07:26 MH: Yeah.

07:31 MK: He looks confused…

07:31 MH: As an analyst, granted, depending on the role and kind of what the criticality is, generally, sure. If people were really desperate, they can call your cellphone or something. There are lots of things that get treated as the asker will walk over, because they really would like to find this out now. If you have the discipline to say, which I’d, by the way, be clear, I do not, if you have the time management discipline to say, “I’m gonna only check my email three times a day. I’m gonna close Slack down,” it’s not like people can’t… And you know the people who aren’t there all the time. So, I don’t know how much, and I, obviously, I’m not judging your co-worker in any way, shape or form. I don’t manage to shut it down, ’cause I probably still subscribe to that myth, like, “Oh, what if somebody has a urgent data question?” Well, guess what? They could probably wait for two hours.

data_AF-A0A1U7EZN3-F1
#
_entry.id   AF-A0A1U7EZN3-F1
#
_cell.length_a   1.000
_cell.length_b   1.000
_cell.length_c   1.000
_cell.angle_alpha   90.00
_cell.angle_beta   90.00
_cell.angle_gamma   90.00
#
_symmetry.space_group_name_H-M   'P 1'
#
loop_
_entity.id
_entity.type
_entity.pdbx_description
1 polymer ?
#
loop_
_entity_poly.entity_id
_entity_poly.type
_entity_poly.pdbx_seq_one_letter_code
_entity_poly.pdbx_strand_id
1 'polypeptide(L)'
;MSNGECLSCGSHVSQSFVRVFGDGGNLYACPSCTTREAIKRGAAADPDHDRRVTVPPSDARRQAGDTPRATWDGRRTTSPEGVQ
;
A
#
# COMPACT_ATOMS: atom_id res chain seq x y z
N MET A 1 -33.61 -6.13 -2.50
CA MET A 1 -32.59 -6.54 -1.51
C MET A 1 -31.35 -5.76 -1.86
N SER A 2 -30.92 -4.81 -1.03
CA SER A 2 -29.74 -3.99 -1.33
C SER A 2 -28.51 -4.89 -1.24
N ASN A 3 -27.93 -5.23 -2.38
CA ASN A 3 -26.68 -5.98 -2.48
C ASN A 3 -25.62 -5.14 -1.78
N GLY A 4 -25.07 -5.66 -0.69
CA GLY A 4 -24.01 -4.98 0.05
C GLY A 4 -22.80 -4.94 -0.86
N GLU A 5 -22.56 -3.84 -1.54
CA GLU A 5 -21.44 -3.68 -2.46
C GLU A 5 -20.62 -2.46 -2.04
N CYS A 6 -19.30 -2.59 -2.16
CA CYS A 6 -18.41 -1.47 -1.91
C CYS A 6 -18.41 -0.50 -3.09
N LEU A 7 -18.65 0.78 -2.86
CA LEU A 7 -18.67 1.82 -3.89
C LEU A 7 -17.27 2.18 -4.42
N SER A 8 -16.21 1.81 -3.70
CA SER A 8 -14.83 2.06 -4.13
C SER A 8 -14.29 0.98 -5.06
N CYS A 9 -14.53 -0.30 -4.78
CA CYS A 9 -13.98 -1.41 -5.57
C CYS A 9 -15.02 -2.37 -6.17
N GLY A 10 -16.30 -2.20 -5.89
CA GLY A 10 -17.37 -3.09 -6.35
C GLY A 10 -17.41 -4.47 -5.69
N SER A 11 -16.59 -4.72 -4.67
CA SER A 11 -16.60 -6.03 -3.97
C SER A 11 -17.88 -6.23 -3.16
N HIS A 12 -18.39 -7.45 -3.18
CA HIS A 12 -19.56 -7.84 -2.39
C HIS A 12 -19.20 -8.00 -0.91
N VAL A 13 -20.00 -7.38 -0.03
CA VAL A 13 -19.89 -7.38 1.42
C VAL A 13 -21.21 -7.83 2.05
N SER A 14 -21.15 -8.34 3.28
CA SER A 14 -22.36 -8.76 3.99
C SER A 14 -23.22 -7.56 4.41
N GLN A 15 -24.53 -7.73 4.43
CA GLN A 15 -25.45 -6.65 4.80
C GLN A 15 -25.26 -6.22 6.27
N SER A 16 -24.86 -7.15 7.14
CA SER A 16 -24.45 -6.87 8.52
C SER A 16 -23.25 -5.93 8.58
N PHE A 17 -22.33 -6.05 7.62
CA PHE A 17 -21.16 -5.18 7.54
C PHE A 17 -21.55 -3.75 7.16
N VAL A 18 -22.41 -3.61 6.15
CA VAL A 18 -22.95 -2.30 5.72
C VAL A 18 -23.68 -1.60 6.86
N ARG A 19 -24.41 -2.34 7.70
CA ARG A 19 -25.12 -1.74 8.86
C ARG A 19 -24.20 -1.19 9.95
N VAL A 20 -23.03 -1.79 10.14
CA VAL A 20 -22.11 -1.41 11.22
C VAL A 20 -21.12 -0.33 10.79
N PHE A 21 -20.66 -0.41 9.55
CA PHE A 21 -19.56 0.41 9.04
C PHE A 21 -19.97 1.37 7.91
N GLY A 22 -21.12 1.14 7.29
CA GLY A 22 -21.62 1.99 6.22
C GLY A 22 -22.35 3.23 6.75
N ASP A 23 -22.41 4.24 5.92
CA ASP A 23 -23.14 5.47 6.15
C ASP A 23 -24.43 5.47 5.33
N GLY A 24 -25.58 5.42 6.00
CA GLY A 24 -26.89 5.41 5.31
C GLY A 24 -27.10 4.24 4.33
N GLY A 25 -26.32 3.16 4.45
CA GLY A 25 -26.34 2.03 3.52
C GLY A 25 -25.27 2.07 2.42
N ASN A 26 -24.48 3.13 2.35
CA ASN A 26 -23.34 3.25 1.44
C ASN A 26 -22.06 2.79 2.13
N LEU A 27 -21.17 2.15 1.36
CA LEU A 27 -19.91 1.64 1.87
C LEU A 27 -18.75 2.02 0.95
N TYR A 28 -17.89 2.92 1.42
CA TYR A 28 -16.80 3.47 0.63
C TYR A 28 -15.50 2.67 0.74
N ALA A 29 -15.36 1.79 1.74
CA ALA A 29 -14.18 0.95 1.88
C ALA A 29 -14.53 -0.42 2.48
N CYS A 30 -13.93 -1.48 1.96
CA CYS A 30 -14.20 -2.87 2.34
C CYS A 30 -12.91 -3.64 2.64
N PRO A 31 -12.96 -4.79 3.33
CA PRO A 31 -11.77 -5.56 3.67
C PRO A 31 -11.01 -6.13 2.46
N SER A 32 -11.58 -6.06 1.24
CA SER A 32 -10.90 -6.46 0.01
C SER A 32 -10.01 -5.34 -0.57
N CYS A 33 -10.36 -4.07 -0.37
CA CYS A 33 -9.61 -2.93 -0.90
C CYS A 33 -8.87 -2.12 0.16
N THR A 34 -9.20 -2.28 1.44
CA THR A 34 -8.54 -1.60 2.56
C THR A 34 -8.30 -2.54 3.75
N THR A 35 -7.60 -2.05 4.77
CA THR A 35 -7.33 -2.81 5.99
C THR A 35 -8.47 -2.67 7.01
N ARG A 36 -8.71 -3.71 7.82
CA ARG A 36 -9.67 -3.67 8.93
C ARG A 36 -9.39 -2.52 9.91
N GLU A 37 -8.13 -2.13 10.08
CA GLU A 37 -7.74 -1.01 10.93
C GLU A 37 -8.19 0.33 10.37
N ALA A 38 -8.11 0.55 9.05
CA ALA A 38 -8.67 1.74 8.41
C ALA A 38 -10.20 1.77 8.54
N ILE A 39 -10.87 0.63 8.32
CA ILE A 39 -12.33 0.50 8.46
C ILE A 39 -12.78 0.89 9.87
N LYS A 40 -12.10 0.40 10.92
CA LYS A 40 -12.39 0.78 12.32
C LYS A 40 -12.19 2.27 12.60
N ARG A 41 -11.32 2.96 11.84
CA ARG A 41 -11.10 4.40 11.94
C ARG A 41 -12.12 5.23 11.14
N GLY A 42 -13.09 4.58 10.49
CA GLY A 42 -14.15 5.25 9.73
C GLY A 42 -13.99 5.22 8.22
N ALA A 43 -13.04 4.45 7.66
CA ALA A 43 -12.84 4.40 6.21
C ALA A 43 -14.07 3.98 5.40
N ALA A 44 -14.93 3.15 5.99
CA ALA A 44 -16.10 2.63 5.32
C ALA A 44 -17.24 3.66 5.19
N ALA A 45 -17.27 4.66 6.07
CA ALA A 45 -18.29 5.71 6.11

08:26 MK: Yeah, but I also think it’s this thing… So, we have a guy who was working overseas for our company for last year, and he just came back, and he was kinda sharing his tips with us. And he was like, “You have to be really careful, because when you’re working from home, sometimes you actually… ” And I fall into this trap, I end up working more because you almost want to prove that you’re working. And so, the perception of turning off Slack, so you can get technical time, is something that’s scary to people, ’cause they’ll be like, “Oh, maybe people think I’m slacking off.” Slacking off… Well, you know.